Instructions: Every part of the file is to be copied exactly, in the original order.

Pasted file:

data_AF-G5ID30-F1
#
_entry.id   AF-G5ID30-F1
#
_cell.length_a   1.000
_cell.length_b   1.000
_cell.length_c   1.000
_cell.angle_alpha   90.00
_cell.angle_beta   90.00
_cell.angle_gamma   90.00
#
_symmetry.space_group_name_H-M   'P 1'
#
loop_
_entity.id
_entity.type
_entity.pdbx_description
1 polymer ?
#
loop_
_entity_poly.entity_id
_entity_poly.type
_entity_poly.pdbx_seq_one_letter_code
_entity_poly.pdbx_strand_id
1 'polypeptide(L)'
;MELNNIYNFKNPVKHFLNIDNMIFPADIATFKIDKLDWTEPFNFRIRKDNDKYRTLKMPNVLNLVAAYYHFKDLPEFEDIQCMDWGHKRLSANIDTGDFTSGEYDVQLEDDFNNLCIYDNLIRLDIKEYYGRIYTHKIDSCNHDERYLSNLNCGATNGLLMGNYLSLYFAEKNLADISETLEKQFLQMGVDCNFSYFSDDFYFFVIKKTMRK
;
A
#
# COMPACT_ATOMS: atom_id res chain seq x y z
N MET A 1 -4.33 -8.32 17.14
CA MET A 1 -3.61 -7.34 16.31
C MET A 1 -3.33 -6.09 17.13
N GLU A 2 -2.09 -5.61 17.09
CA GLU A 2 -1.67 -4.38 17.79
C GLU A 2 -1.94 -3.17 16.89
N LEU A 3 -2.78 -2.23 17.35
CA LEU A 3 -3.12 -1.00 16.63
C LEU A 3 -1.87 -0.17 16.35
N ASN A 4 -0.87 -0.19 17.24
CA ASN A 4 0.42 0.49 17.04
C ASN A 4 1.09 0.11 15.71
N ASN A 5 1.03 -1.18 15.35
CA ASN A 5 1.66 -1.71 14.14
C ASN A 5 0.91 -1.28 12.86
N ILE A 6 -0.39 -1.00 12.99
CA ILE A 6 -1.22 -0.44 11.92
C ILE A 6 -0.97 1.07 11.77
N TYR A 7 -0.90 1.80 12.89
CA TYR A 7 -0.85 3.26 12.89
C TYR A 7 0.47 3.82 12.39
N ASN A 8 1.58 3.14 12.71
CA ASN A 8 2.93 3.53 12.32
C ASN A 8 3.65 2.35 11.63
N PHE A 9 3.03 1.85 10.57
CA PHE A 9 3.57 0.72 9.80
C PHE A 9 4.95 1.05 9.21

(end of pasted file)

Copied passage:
data_AF-G5ID30-F1
#
_entry.id   AF-G5ID30-F1
#
_cell.length_a   1.000
_cell.length_b   1.000
_cell.length_c   1.000
_cell.angle_alpha   90.00
_cell.angle_beta   90.00
_cell.angle_gamma   90.00
#
_symmetry.space_group_name_H-M   'P 1'
#
loop_
_entity.id
_entity.type
_entity.pdbx_description
1 polymer ?
#
loop_
_entity_poly.entity_id
_entity_poly.type
_entity_poly.pdbx_seq_one_letter_code
_entity_poly.pdbx_strand_id
1 'polypeptide(L)'
;MELNNIYNFKNPVKHFLNIDNMIFPADIATFKIDKLDWTEPFNFRIRKDNDKYRTLKMPNVLNLVAAYYHFKDLPEFEDIQCMDWGHKRLSANIDTGDFTSGEYDVQLEDDFNNLCIYDNLIRLDIKEYYGRIYTHKIDSCNHDERYLSNLNCGATNGLLMGNYLSLYFAEKNLADISETLEKQFLQMGVDCNFSYFSDDFYFFVIKKTMRK
;
A
#
# COMPACT_ATOMS: atom_id res chain seq x y z
N MET A 1 -4.33 -8.32 17.14
CA MET A 1 -3.61 -7.34 16.31
C MET A 1 -3.33 -6.09 17.13
N GLU A 2 -2.09 -5.61 17.09
CA GLU A 2 -1.67 -4.38 17.79
C GLU A 2 -1.94 -3.17 16.89
N LEU A 3 -2.78 -2.23 17.35
CA LEU A 3 -3.12 -1.00 16.63
C LEU A 3 -1.87 -0.17 16.35
N ASN A 4 -0.87 -0.19 17.24
CA ASN A 4 0.42 0.49 17.04
C ASN A 4 1.09 0.11 15.71
N ASN A 5 1.03 -1.18 15.35
CA ASN A 5 1.66 -1.71 14.14
C ASN A 5 0.91 -1.28 12.86
N ILE A 6 -0.39 -1.00 12.99
CA ILE A 6 -1.22 -0.44 11.92
C ILE A 6 -0.97 1.07 11.77
N TYR A 7 -0.90 1.80 12.89
CA TYR A 7 -0.85 3.26 12.89
C TYR A 7 0.47 3.82 12.39
N ASN A 8 1.58 3.14 12.71
CA ASN A 8 2.93 3.53 12.32
C ASN A 8 3.65 2.35 11.63
N PHE A 9 3.03 1.85 10.57
CA PHE A 9 3.57 0.72 9.80
C PHE A 9 4.95 1.05 9.21